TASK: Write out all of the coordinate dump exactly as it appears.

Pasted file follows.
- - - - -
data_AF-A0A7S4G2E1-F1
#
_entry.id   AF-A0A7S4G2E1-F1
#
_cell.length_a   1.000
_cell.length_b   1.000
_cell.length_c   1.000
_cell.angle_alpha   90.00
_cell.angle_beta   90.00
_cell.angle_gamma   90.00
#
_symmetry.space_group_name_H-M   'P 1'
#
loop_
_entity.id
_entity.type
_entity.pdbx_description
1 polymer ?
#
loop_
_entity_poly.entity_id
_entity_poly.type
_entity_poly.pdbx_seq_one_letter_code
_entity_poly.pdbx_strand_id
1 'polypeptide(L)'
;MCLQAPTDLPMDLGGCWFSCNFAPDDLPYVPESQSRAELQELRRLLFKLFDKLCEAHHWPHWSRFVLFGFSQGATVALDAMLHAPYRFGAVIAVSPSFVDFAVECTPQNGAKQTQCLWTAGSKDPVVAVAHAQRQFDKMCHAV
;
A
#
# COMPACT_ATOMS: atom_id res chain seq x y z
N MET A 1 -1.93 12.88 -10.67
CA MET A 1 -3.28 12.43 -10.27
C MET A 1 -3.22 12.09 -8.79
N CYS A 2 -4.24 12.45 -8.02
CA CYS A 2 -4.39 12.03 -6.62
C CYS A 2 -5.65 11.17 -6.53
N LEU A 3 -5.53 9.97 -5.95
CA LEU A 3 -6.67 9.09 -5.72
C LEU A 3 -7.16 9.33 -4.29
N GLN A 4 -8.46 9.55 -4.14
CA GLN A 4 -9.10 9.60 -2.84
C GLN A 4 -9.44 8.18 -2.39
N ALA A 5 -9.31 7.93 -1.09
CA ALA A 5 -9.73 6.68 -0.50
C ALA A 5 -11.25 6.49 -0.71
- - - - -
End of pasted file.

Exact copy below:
data_AF-A0A7S4G2E1-F1
#
_entry.id   AF-A0A7S4G2E1-F1
#
_cell.length_a   1.000
_cell.length_b   1.000
_cell.length_c   1.000
_cell.angle_alpha   90.00
_cell.angle_beta   90.00
_cell.angle_gamma   90.00
#
_symmetry.space_group_name_H-M   'P 1'
#
loop_
_entity.id
_entity.type
_entity.pdbx_description
1 polymer ?
#
loop_
_entity_poly.entity_id
_entity_poly.type
_entity_poly.pdbx_seq_one_letter_code
_entity_poly.pdbx_strand_id
1 'polypeptide(L)'
;MCLQAPTDLPMDLGGCWFSCNFAPDDLPYVPESQSRAELQELRRLLFKLFDKLCEAHHWPHWSRFVLFGFSQGATVALDAMLHAPYRFGAVIAVSPSFVDFAVECTPQNGAKQTQCLWTAGSKDPVVAVAHAQRQFDKMCHAV
;
A
#
# COMPACT_ATOMS: atom_id res chain seq x y z
N MET A 1 -1.93 12.88 -10.67
CA MET A 1 -3.28 12.43 -10.27
C MET A 1 -3.22 12.09 -8.79
N CYS A 2 -4.24 12.45 -8.02
CA CYS A 2 -4.39 12.03 -6.62
C CYS A 2 -5.65 11.17 -6.53
N LEU A 3 -5.53 9.97 -5.95
CA LEU A 3 -6.67 9.09 -5.72
C LEU A 3 -7.16 9.33 -4.29
N GLN A 4 -8.46 9.55 -4.14
CA GLN A 4 -9.10 9.60 -2.84
C GLN A 4 -9.44 8.18 -2.39
N ALA A 5 -9.31 7.93 -1.09
CA ALA A 5 -9.73 6.68 -0.50
C ALA A 5 -11.25 6.49 -0.71